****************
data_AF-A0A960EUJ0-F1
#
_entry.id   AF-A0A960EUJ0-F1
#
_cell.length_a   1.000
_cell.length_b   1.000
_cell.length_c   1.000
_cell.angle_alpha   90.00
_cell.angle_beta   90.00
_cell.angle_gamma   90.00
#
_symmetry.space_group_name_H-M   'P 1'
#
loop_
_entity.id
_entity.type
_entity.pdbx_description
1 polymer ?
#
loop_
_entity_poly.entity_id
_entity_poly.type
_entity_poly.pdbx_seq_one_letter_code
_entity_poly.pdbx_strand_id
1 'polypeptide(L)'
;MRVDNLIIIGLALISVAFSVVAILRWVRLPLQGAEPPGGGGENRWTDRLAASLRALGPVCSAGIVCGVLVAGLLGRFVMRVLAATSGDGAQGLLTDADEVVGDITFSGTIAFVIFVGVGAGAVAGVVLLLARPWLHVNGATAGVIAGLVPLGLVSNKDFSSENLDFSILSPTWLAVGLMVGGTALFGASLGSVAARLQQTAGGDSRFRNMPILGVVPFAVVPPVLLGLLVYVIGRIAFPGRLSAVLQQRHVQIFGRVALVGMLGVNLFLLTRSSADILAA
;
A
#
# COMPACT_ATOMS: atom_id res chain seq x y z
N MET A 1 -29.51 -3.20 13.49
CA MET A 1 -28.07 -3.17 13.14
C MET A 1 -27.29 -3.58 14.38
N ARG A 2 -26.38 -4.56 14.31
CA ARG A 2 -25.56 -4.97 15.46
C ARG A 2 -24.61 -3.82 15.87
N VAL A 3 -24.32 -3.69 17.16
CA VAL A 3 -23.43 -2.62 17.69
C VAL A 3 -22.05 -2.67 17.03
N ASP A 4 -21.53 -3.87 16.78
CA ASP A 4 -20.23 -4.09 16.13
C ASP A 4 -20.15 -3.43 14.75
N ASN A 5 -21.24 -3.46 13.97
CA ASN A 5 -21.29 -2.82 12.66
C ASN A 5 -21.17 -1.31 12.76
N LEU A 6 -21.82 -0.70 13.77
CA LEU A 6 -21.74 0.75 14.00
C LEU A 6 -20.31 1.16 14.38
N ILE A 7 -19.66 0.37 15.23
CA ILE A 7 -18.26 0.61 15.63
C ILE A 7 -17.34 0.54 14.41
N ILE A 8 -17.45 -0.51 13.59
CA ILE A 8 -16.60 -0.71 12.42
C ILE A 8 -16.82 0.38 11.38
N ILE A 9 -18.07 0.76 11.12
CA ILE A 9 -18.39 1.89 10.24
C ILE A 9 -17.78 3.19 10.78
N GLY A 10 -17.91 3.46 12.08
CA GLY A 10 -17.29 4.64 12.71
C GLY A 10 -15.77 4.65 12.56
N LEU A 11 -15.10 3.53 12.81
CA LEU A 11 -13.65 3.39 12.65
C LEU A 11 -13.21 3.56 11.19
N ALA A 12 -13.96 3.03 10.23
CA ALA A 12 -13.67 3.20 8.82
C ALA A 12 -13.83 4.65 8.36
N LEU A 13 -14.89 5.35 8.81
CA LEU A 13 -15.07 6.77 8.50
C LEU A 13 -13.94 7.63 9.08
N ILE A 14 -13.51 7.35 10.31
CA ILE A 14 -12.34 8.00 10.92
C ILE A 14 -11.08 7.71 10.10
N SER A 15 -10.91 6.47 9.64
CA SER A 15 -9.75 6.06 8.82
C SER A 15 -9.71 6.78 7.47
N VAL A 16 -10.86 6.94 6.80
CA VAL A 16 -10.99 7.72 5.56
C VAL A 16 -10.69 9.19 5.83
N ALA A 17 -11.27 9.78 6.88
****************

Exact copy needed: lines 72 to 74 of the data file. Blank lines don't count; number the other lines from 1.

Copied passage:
C ILE A 14 -11.08 7.71 10.10
N SER A 15 -10.91 6.47 9.64
CA SER A 15 -9.75 6.06 8.82